May showers bring normal streamflow in Steamboat despite sub-par spring snowpack | SteamboatToday.com
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May showers bring normal streamflow in Steamboat despite sub-par spring snowpack

— Routt County residents who didn’t exactly welcome Friday afternoon’s stiff rain shower with good cheer can just get used to it.

Steamboat-based independent meteorologist Mike Weissbluth doesn’t think the weather will change much any time soon.

“The wet and cool long-range forecast I’ve been talking about since mid April looks to continue through at least the end of the month as Pacific energy continues to enter the West Coast and tap, to varying degrees, the cold air over the central Canadian plains,” Weissbluth forecasted.



The National Weather Service was predicting the overnight low in Steamboat would touch the freezing point Friday into Saturday, but at least the rain mixed with snow expected to fall overnight wasn’t expected to result in accumulating snow. However, it was a different forecast for Storm Peak; the Weather Service was calling for 1 to 2 inches Friday afternoon and another half-inch overnight.

Ranchers and kayakers are rejoicing over the wet spell. Colorado State University Extension Agent Todd Hagenbuch said the cold moisture this month has been a real gift to agricultural producers.



“Because it has come down slow and steady, it’s soaking in well and should help hay ground and pastures alike,” he said.

It was a tale of two rivers in the upper Yampa Basin Friday, with the Yampa River at the Fifth Street Bridge in Steamboat gradually dropping close to the range of typical streamflows for mid May, but with the Elk River near its confluence with the Yampa east of Milner already flowing well below the median flow for the date.

The Yampa just below the city of Craig dipped below median flows on May 12, and was flowing a 3,770 cfs Friday afternoon. It was flowing at 6,160 cfs at Deer Lodge Park, compared to the median flow for the date of 7,230 cfs.

The 2015 spring runoff season has delivered a lesson about how steady, above-average precipitation can transform sub-par snowpack into near normal river flows. Within the city of Steamboat, month-to-date precipitation stood at nearly 2.6 inches as of May 15, comparing favorably to the normal 2.24 inches for the entire month. And that was before Friday’s rainfall.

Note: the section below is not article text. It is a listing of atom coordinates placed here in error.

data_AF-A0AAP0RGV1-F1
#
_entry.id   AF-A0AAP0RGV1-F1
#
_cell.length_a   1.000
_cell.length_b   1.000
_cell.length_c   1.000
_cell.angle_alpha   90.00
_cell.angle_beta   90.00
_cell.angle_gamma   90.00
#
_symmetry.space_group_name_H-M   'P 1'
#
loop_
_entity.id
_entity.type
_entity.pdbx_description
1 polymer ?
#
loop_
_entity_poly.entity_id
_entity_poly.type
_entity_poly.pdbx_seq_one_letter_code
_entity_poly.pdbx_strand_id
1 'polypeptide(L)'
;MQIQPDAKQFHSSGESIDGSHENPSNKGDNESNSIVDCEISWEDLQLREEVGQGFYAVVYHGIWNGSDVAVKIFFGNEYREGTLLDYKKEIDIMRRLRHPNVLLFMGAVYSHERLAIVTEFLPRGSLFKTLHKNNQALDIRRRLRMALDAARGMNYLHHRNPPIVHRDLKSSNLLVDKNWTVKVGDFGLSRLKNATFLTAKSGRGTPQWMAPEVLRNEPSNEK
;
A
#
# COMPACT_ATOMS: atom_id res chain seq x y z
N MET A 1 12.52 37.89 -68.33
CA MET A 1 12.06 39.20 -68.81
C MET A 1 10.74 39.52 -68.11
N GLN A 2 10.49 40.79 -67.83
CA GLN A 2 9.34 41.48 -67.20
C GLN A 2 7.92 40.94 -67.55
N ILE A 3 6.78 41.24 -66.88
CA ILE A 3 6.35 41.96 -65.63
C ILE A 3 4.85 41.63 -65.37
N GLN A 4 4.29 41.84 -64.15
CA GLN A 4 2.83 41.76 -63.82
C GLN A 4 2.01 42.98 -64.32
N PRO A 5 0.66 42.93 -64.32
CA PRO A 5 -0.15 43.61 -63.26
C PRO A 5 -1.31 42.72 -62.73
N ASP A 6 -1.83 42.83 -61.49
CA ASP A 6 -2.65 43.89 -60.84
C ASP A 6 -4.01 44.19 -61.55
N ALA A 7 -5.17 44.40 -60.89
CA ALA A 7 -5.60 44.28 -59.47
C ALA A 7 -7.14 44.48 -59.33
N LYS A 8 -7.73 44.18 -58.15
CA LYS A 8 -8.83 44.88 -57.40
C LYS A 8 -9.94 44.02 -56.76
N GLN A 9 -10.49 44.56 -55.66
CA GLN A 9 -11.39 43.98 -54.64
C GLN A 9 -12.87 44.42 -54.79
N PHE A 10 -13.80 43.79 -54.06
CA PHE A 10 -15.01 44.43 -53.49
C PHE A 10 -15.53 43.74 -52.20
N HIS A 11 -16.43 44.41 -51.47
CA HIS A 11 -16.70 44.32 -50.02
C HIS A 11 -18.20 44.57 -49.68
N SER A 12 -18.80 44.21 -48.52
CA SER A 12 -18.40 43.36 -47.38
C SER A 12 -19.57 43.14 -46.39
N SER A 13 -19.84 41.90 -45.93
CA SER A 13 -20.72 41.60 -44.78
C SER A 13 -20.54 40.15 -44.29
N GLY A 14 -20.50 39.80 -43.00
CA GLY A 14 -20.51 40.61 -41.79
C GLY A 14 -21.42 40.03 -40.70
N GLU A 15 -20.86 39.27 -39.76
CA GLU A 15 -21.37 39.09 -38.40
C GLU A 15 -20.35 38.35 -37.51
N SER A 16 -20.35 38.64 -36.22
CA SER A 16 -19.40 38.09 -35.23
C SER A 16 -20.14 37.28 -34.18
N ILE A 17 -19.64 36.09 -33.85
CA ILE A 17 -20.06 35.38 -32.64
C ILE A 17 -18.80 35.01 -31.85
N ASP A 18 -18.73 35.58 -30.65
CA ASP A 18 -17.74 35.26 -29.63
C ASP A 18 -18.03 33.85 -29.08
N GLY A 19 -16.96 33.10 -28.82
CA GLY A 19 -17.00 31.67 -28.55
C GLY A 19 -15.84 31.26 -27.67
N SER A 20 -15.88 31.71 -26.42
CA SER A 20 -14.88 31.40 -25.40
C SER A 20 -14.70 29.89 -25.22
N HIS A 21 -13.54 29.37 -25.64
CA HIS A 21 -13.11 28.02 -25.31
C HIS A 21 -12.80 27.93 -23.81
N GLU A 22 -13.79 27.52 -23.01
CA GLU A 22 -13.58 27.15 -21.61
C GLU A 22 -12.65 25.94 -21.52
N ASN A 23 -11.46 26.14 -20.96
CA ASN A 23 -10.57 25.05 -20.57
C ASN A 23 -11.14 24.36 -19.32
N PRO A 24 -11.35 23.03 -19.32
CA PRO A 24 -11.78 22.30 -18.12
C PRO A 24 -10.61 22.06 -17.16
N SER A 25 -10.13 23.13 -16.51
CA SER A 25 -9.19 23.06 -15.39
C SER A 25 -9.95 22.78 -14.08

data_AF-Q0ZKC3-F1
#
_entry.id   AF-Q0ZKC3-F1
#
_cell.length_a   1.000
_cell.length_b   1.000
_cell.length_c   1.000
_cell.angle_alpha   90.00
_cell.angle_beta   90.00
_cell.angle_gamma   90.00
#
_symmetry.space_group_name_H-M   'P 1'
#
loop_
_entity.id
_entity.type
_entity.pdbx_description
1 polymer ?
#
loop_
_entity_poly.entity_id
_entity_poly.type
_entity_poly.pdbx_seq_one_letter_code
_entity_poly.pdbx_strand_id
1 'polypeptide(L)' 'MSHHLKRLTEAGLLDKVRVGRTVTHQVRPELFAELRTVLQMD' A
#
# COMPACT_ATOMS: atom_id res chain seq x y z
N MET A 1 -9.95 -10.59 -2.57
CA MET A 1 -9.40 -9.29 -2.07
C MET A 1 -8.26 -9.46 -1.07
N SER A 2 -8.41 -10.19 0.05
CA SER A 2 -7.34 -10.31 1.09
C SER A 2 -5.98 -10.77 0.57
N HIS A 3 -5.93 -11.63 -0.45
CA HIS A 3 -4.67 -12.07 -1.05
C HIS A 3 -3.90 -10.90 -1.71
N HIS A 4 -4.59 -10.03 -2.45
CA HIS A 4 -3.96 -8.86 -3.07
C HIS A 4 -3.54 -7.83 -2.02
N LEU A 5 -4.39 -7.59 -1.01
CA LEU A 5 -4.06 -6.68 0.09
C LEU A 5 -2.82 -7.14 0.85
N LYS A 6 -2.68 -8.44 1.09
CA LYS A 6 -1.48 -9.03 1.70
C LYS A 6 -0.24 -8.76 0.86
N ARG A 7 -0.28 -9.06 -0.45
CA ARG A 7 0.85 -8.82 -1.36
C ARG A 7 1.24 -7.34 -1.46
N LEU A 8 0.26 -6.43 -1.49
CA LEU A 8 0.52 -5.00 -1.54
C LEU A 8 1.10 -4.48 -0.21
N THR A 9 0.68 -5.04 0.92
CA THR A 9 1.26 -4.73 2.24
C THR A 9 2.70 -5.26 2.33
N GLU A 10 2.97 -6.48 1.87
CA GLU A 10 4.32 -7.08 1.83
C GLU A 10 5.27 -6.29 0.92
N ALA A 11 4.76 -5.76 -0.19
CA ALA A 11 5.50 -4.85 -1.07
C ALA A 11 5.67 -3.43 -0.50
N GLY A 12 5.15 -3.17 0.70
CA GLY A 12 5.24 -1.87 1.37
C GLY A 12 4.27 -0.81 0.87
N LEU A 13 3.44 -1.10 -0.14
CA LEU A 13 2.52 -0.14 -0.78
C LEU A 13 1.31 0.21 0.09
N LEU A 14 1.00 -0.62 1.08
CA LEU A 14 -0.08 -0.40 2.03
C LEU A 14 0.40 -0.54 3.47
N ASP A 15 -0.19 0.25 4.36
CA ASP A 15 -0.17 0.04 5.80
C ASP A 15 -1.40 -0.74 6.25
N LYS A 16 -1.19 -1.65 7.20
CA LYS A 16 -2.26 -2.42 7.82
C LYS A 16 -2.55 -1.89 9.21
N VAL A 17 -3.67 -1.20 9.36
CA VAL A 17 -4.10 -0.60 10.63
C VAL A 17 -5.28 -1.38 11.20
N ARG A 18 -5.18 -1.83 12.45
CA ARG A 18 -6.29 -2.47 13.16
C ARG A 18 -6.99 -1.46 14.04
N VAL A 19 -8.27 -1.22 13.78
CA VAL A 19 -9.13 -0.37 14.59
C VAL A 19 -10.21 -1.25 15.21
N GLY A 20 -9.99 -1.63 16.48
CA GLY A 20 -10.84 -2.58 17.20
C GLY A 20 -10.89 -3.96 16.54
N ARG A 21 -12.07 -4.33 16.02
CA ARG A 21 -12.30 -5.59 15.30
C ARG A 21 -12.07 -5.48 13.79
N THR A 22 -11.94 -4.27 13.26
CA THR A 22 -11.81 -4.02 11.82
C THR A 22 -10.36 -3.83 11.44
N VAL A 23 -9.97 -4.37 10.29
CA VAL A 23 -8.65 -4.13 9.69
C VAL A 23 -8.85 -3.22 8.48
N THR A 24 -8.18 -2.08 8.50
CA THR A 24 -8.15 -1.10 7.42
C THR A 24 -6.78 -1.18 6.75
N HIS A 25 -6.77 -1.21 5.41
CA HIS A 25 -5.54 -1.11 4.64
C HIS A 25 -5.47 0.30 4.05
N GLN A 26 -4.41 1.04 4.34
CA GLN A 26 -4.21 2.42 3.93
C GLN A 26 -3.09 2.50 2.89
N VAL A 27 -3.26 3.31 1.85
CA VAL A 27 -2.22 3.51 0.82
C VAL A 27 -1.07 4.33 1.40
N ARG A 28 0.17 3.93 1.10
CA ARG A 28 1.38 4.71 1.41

The Yampa was flowing at 1,810 cubic feet per second at the Fifth Street Bridge compared to the median flow of 1,520 cfs for the date on Friday (Six days earlier, on May 9, the river was still flowing at nearly 3,000 cfs). It was flowing at 1,980 cfs below Soda Creek Friday, and although the river is trending downward, Charlie’s Hole paddling feature was still ideal for experienced whitewater enthusiasts punching a river-worthy inflatable raft through the wave. Personal flotation devices are a must, and the river is still far too high and cold for tubing.

The Elk was flowing at 1,310 cfs Friday, a full 550 cfs below the median and within the tenth to 24th percentile for the date, according to the U.S. Geological Survey. The disparity between the two rivers reflects anecdotal reports of spottier rainfall this month and less snowpack to begin with in the mountains on the Elk’s drainage.

The Elk River snow measuring site at 8,700 feet elevation on the edge of the Mount Zirkel Wilderness area typically still has 3 inches of snow water equivalent on this date, but it has already melted this spring. A little higher in the drainage, at 9,320 feet, the Lost Dog site still had 5.2 inches of snow water equivalent, still just 32 percent of the median.

In contrast, the Rabbit Ears site, on the pass of the same name, has 8.5 inches of snow water, which translates to 42 percent of median.

To reach Tom Ross, call 970-871-4205, email tross@SteamboatToday.com or follow him on Twitter @ThomasSRoss1


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